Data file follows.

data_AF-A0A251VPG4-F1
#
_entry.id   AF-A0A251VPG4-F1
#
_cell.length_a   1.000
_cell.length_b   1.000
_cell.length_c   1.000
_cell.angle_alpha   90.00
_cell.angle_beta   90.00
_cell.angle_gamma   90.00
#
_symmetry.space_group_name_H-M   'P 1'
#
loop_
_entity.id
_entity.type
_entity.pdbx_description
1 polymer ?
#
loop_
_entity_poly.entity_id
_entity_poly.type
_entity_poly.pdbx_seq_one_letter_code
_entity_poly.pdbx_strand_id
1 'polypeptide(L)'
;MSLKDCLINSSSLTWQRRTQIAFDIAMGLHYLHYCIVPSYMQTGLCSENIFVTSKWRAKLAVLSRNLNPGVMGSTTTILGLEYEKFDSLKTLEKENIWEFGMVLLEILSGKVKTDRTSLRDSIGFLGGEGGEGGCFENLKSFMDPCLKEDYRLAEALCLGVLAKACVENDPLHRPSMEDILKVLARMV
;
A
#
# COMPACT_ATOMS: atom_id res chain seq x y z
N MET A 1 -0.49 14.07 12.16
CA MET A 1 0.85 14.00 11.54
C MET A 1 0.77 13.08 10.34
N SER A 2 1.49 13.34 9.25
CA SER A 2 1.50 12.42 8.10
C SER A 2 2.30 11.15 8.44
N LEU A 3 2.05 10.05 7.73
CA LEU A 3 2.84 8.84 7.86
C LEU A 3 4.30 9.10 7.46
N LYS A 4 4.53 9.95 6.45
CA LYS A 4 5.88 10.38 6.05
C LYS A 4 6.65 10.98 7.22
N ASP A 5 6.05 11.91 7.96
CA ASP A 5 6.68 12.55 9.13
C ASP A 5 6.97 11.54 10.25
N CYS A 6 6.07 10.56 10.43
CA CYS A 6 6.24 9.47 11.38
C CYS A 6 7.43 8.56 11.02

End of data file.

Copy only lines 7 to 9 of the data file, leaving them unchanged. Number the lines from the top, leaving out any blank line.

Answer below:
_cell.length_c   1.000
_cell.angle_alpha   90.00
_cell.angle_beta   90.00